As the Delta variant takes over the world, researchers are tracking how well vaccines protect against it – and getting different answers.
In the UK, researchers reported in May that two doses of the Pfizer BioNTech vaccine had 88 percent effectiveness and protected against symptomatic disease caused by Delta. A June study from Scotland concluded that the vaccine was 79 percent effective against the variant. On Saturday, a team of researchers in Canada estimated the effectiveness at 87 percent.
And on Monday, the Israeli Ministry of Health announced that the effectiveness of the Pfizer BioNTech vaccine against all coronavirus infections was 64 percent, up from about 95 percent in May before the Delta variant began its rise to near complete dominance in Israel.
While the range of these numbers may seem confusing, vaccine experts should expect them because it is difficult for a single study to pinpoint the effectiveness of a vaccine.
“We just need to put everything together as little pieces of the puzzle and not put too much emphasis on one number,” said Natalie Dean, biostatistician at Emory University.
In clinical studies, it is (relatively) easy to measure how well vaccines are working. Researchers randomly assign thousands of volunteers to receive either a vaccine or a placebo. If the vaccinated group is at lower risk of disease, scientists can be sure that the vaccine will protect them.
But once vaccines hit the real world, it becomes much more difficult to measure their effectiveness. Scientists can no longer control who gets a vaccine and who doesn’t. Comparing a group of vaccinated to a group of unvaccinated, there could be other differences between the two groups that affect their risk of disease.
For example, it is possible that people who choose not to be vaccinated are more likely to find themselves in situations where they could be exposed to the virus. On the other hand, older people are more likely to be vaccinated, but also have a harder time fending off an aggressive variant. Or an outbreak can hit part of a country where most of the people are vaccinated, leaving undervaccinated areas unscathed.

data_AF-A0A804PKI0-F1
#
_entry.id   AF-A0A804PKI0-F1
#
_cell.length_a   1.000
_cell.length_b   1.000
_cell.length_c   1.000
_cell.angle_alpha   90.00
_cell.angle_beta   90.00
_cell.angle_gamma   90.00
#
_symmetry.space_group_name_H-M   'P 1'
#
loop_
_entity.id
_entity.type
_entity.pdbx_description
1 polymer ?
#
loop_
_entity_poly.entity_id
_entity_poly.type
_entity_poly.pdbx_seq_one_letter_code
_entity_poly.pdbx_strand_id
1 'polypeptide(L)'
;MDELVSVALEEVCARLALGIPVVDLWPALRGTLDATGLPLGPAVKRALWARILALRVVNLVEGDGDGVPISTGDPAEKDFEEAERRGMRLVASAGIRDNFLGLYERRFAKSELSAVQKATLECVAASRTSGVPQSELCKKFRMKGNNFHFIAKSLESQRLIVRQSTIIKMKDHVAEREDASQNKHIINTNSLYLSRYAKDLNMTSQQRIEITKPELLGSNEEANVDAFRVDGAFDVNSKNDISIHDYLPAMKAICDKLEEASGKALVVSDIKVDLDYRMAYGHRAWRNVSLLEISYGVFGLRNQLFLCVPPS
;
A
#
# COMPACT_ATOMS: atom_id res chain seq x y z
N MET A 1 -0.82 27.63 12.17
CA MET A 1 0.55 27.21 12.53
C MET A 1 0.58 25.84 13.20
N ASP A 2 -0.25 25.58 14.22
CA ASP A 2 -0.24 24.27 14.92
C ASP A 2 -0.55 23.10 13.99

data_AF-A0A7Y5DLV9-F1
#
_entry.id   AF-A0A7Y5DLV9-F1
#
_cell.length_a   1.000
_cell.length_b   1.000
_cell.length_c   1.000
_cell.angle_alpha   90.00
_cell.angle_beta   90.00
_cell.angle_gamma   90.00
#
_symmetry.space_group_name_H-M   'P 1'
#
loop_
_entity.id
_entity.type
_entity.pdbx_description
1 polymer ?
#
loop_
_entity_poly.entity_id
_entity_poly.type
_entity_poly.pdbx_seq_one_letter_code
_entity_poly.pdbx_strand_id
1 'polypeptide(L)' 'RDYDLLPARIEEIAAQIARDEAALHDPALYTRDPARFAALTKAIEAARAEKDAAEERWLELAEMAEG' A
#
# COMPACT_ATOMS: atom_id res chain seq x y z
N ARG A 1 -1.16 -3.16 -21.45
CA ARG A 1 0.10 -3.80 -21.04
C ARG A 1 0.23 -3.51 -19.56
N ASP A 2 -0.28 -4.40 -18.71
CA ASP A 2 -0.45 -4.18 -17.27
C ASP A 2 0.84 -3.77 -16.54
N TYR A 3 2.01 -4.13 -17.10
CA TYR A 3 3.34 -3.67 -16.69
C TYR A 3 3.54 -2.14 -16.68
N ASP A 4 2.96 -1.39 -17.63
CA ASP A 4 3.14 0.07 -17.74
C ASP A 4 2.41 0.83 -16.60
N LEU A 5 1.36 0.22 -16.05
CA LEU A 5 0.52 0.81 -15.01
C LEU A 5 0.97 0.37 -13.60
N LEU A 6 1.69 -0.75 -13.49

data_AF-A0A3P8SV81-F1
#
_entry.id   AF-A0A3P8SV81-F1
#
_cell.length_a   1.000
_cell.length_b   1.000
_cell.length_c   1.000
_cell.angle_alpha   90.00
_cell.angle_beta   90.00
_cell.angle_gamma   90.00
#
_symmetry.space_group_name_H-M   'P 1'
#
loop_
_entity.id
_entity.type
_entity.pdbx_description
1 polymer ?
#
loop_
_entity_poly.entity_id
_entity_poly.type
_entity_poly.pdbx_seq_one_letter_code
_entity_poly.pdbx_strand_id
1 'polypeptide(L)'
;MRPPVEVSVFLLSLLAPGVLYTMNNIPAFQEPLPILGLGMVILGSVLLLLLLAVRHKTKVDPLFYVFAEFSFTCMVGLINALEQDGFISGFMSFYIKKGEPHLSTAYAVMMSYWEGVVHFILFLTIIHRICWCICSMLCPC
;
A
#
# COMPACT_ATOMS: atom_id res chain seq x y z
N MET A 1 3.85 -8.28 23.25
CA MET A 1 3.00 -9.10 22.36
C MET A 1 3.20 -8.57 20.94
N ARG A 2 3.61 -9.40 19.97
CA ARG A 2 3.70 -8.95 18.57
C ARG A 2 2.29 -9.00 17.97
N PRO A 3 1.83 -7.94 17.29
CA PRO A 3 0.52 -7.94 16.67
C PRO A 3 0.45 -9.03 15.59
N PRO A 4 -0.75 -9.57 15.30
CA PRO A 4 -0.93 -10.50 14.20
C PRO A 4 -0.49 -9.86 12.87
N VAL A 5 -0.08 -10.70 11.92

One way to rule out these alternative explanations is to compare every vaccinated person in a study to someone else who did not receive the vaccine. Researchers often go to great lengths to find an unvaccinated partner by looking for people of the same age and health status. You can even bring people together within the same neighborhood.
“It takes a tremendous amount of effort,” said March Lipsitch, an epidemiologist at Harvard TH Chan School of Health.
For its new study, the Israeli Ministry of Health didn’t go as far as to rule out other factors. “I fear the current Israeli MoH analysis cannot be used to safely assess it one way or another,” wrote Uri Shalit, a senior lecturer at the Technion – Israel Institute of Technology, on Twitter.
Israel’s numbers could also be different based on who is being tested. Much of the country is vaccinated. During local outbreaks of new infections, the government requires testing for anyone – symptoms or not – who has come into contact with a person diagnosed with Covid-19. In other countries it is more common for people to get tested because they already feel sick. This could mean Israel is discovering more asymptomatic cases in vaccinated people than anywhere else, lowering the reported effectiveness rate.
Fortunately, all previous studies agree that most Covid-19 vaccines have been very effective in keeping people out of the hospital and generally protecting them from the Delta variant. The Israeli Ministry of Health estimates that the Pfizer BioNTech vaccine is about 93 percent effective in preventing serious illness and hospitalization.
“Their overall impact is consistent: the protection against serious illness remains very high,” said Naor Bar-Zeev, associate professor at the Johns Hopkins Bloomberg School of Public Health.
Because efficacy studies are so difficult, it will take more work to determine just how great Delta’s threat to vaccines is. Dr. Lipsitch said studies are needed from more countries.
“If there are five studies with one result and one study with another, I think it can be concluded that the five are more likely to be correct than the one,” said Dr. Lipsitch.